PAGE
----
S. Korea pushing to allow parents to decide child’s surname through mutual agreement

Jan 28, 2021, 08:51 am

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Source: Yonhap

AsiaToday reporter Lim Yoo-jin 

As the government is pushing for a revision of the law that allows parents to determine the surname of a child through mutual agreement, it is likely to abolish the current law that obliges children to have the last name of their biological fathers. However, many are calling for the need to change social perception as there are many who suffer prejudice or face difficulty due to father family’s opposition. Since it requires not only social consensus but also related budget to review, many point out that it should be pursued over the long term.

The Ministry of Gender Equality and Family (MOGEF) on Wednesday held a public hearing on its fourth masterplan for healthy families, which includes a measure that abolishes the current male-dominated family registry system and allows parents to determine the surname of the child through mutual agreement. The ministry will confirm and announce the plan next month. 

Despite the gender ministry’s policy, many point out that there are still high social barriers to make it a reality. “I gave up giving my surname to my baby due to fierce opposition from my husband’s family,” said a mom-to-be in her late 20s. “I wasn’t able to be courageous in the face of opposition, but if someone decides to do it, I’d definitely give my support,” she added.

Another woman in her 30s raising two children said, “I wanted to inherit my family name to my second child, but I decided not to do so, because my husband said the child would look like one from remarried couple. But it’s a shame.”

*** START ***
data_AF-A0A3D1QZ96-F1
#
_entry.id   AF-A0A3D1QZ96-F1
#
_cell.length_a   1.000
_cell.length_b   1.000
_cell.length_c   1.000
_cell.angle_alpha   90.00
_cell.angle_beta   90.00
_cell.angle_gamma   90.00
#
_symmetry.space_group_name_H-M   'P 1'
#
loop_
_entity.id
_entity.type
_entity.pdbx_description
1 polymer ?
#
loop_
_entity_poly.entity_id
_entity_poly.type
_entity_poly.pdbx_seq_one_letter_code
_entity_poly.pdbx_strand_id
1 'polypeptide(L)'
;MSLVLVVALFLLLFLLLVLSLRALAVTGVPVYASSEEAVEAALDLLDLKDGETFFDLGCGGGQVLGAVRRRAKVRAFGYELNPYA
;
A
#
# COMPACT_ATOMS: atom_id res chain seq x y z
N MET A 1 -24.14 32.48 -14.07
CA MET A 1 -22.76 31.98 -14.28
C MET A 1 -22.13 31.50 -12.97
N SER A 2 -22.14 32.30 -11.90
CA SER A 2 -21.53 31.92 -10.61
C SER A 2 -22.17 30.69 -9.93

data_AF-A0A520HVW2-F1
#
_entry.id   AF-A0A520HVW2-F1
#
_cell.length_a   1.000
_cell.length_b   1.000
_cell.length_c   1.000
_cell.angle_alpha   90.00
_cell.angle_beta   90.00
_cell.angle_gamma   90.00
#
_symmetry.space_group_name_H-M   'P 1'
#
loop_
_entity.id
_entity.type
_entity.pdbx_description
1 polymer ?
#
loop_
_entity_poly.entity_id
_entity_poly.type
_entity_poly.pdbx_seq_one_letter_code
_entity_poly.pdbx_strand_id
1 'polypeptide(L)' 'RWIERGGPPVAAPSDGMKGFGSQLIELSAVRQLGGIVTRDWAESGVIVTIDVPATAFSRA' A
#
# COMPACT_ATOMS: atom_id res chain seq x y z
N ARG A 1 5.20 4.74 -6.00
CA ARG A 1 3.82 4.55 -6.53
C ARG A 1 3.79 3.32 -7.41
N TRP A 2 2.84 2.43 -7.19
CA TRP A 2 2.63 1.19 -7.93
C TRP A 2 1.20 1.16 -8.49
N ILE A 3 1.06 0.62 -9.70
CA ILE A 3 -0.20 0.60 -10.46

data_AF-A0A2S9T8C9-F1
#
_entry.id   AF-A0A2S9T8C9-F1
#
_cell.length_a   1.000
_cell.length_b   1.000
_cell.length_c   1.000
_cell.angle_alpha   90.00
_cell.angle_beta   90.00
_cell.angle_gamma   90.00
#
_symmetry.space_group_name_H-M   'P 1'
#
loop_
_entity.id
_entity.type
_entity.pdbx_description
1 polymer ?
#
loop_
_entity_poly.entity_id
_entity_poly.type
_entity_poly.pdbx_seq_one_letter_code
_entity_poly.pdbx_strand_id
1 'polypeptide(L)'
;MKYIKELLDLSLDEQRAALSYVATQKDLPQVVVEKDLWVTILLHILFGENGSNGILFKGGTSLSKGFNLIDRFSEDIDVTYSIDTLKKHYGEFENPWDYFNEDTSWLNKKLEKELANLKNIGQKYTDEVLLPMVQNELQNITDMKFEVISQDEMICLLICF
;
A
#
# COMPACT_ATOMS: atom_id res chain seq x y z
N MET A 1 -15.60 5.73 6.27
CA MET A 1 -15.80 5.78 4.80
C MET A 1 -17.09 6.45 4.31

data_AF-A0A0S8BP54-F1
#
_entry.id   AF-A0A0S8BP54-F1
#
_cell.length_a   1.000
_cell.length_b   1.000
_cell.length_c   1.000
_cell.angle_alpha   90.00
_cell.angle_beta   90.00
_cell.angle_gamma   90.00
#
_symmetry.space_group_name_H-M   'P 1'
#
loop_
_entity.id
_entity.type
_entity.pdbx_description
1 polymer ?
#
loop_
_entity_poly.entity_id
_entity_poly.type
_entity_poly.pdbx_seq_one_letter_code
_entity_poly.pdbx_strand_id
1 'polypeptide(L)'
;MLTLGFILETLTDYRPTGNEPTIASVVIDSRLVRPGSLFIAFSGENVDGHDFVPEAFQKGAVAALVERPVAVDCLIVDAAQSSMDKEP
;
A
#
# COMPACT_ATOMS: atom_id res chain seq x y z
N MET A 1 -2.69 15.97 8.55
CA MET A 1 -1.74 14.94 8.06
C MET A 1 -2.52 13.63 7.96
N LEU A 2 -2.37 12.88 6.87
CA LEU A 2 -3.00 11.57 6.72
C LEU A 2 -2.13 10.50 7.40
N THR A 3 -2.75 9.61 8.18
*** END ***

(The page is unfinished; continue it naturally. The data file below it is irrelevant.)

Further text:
There are differences in perception between the new and old generations even among women. The younger they are, the more they agree. “It doesn’t look appropriate for a child to inherit the family name of his father. I am worried that the child will be bullied or stressed out at school because this country is full of prejudices,” a woman in her 50s said. On the other hand, a woman in her 30s said, “There are obviously conservative views about inheriting the family name of mother, but in the future, following the last name of mother could look absolutely normal.”

Even now, children are able to inherit the surname of their mother, but only at the time of marriage registration, not at the time of birth notification. It requires court approval and complicated procedures to change children’s surname, which requires improvement. 

In a public perception survey conducted by the gender ministry, 73.1 percent agreed to improve the current family registry by allowing parents to determine their child’s family name through mutual agreement when registering the child’s birth. It surveyed 1,500 adults aged 19-79 across the country over a week from Aug. 21 to Aug. 27, 2019. It has a 95 percent confidence level with a margin of error of plus or minus 2.53 percentage points.

The number of people who follow the mother’s surname is also increasing. According to data released by Justice Party lawmaker Lee Eun-joo, there were 379 cases of gender change application in 2019, an increase of 56% from 243 cases in 2015. “Such changes seem to reflect the spread of gender equality perspectives and the diversification of family forms in line with social changes,” Lee said. 

#surname #family name #family registry system 
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